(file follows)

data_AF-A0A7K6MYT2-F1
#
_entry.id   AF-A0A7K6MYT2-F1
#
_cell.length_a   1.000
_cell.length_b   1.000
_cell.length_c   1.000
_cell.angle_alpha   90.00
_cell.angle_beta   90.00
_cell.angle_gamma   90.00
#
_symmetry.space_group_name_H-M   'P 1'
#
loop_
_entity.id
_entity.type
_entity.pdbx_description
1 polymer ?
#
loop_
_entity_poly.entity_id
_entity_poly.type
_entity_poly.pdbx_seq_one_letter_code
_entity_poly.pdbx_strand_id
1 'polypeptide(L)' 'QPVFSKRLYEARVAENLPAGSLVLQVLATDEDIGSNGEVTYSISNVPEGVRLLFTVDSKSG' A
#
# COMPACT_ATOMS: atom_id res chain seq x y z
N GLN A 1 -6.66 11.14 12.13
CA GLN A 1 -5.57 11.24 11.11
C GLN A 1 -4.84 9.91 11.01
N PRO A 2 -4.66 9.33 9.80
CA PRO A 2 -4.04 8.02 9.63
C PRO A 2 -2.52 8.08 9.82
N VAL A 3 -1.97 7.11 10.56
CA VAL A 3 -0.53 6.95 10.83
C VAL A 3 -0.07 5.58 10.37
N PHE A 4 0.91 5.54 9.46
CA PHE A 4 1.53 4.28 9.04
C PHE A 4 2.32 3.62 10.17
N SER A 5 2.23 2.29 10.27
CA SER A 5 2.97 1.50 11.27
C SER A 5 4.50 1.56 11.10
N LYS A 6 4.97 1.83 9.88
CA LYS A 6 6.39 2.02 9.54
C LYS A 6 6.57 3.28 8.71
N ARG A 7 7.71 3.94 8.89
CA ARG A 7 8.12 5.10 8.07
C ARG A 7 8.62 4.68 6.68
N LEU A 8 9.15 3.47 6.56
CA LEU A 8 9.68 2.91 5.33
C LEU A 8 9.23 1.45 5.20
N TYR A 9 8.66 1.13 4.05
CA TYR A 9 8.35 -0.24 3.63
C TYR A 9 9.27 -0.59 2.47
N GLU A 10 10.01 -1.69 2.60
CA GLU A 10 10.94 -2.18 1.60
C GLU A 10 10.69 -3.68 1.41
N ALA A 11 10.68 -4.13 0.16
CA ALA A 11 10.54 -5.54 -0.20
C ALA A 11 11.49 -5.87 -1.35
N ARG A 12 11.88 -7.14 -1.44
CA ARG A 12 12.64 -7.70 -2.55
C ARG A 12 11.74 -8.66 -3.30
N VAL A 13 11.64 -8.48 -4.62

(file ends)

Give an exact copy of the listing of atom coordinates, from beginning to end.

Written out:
data_AF-A0A7K6MYT2-F1
#
_entry.id   AF-A0A7K6MYT2-F1
#
_cell.length_a   1.000
_cell.length_b   1.000
_cell.length_c   1.000
_cell.angle_alpha   90.00
_cell.angle_beta   90.00
_cell.angle_gamma   90.00
#
_symmetry.space_group_name_H-M   'P 1'
#
loop_
_entity.id
_entity.type
_entity.pdbx_description
1 polymer ?
#
loop_
_entity_poly.entity_id
_entity_poly.type
_entity_poly.pdbx_seq_one_letter_code
_entity_poly.pdbx_strand_id
1 'polypeptide(L)' 'QPVFSKRLYEARVAENLPAGSLVLQVLATDEDIGSNGEVTYSISNVPEGVRLLFTVDSKSG' A
#
# COMPACT_ATOMS: atom_id res chain seq x y z
N GLN A 1 -6.66 11.14 12.13
CA GLN A 1 -5.57 11.24 11.11
C GLN A 1 -4.84 9.91 11.01
N PRO A 2 -4.66 9.33 9.80
CA PRO A 2 -4.04 8.02 9.63
C PRO A 2 -2.52 8.08 9.82
N VAL A 3 -1.97 7.11 10.56
CA VAL A 3 -0.53 6.95 10.83
C VAL A 3 -0.07 5.58 10.37
N PHE A 4 0.91 5.54 9.46
CA PHE A 4 1.53 4.28 9.04
C PHE A 4 2.32 3.62 10.17
N SER A 5 2.23 2.29 10.27
CA SER A 5 2.97 1.50 11.27
C SER A 5 4.50 1.56 11.10
N LYS A 6 4.97 1.83 9.88
CA LYS A 6 6.39 2.02 9.54
C LYS A 6 6.57 3.28 8.71
N ARG A 7 7.71 3.94 8.89
CA ARG A 7 8.12 5.10 8.07
C ARG A 7 8.62 4.68 6.68
N LEU A 8 9.15 3.47 6.56
CA LEU A 8 9.68 2.91 5.33
C LEU A 8 9.23 1.45 5.20
N TYR A 9 8.66 1.13 4.05
CA TYR A 9 8.35 -0.24 3.63
C TYR A 9 9.27 -0.59 2.47
N GLU A 10 10.01 -1.69 2.60
CA GLU A 10 10.94 -2.18 1.60
C GLU A 10 10.69 -3.68 1.41
N ALA A 11 10.68 -4.13 0.16
CA ALA A 11 10.54 -5.54 -0.20
C ALA A 11 11.49 -5.87 -1.35
N ARG A 12 11.88 -7.14 -1.44
CA ARG A 12 12.64 -7.70 -2.55
C ARG A 12 11.74 -8.66 -3.30
N VAL A 13 11.64 -8.48 -4.62